Sprint's iDEN network officially shutting down tomorrow, many cell sites to be repurposed for 4G LTE

Alex Wagner
Editorial Director of News and Content from  Omaha, NE
| June 29, 2013

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After first warning us of its plans to shut down its iDEN network way back in 2010, Sprint has confirmed once again that it'll be cutting the iDEN cord on June 30. That's tomorrow, and Sprint says that it won't be wasting any time giving iDEN the axe, explaining that the shutdown will begin at 12:01 a.m. EST. A Sprint spokesperson has told PhoneScoop that the service will be turned off in stages from the east coast to the west coast. Once the network does go down, any remaining iDEN customers (there are apparently still a few) will lose all service as well as their existing phone numbers.

Sprint won't be wasting any time in putting the former iDEN towers to better use after the network's gone, saying that it plans to "immediately" begin the process or repurposing many of them for use with its 4G LTE network. Those cell sites will pump out LTE service using the 800MHz spectrum that iDEN currently occupies, and Sprint expects the first iDEN towers to begin sending LTE airwaves to customers before 2013 is up.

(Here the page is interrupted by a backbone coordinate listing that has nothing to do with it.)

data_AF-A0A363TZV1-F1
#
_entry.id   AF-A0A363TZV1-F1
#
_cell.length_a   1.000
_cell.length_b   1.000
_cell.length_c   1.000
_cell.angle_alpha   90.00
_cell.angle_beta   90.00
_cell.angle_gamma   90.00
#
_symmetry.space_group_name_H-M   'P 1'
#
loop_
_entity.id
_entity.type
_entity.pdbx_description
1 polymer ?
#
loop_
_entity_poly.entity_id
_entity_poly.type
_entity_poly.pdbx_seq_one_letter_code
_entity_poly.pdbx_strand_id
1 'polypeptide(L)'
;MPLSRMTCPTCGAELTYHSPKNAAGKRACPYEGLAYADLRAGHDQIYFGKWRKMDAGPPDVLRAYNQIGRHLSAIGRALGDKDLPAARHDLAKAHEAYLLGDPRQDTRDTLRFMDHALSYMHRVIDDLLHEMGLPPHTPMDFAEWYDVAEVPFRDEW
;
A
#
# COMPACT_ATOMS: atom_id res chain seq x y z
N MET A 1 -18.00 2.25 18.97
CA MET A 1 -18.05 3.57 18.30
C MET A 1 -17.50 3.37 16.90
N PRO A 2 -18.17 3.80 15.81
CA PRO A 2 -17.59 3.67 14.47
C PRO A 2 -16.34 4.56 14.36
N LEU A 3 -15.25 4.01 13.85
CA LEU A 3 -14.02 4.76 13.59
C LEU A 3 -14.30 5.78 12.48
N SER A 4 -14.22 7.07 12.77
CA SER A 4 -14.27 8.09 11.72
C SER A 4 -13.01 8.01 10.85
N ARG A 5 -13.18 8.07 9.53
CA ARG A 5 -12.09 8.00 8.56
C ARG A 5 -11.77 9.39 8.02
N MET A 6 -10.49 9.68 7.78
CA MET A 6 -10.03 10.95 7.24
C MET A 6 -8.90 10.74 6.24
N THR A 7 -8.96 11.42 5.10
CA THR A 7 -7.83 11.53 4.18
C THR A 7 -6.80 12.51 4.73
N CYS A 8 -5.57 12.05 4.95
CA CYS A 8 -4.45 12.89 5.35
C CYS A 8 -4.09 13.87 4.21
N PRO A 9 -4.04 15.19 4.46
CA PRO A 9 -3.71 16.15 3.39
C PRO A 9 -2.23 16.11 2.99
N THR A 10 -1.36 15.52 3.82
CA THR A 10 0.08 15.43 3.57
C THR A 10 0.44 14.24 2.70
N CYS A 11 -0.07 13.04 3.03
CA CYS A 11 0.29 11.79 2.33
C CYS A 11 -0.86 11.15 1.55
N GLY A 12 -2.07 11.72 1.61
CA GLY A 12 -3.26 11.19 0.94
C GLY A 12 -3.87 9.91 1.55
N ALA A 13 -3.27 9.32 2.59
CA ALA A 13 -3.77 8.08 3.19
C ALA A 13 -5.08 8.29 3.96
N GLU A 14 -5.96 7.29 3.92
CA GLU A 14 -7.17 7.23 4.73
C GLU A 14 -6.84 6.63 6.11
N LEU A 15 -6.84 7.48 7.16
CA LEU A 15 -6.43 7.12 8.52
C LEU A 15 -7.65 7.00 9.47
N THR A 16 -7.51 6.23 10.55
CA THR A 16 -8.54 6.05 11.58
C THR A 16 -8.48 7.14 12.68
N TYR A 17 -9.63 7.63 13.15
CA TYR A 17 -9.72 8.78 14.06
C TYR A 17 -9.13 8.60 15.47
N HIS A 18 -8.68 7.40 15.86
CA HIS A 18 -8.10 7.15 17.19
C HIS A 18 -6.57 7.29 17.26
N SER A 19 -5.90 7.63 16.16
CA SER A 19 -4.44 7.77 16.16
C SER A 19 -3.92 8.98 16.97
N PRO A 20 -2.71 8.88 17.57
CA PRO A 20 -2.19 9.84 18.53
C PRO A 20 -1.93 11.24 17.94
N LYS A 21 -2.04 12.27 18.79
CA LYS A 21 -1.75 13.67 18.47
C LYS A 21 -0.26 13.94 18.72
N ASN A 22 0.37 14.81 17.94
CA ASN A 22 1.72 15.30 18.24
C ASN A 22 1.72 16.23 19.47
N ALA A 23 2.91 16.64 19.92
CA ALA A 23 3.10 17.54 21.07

The push-to-talk service that iDEN provides may not be something that every wireless customer needs, but it is still an important feature that's got a following of users, including those in the enterprise. That's why Sprint crafted a CDMA-based Direct Connect service to replace iDEN. This enables Sprint to retain a push-to-talk offering while simultaneously repurposing its iDEN cell sites for use with its growing LTE network, which I'm sure many of consumers are clamoring to see roll into their hometowns. 

Via PhoneScoop, Sprint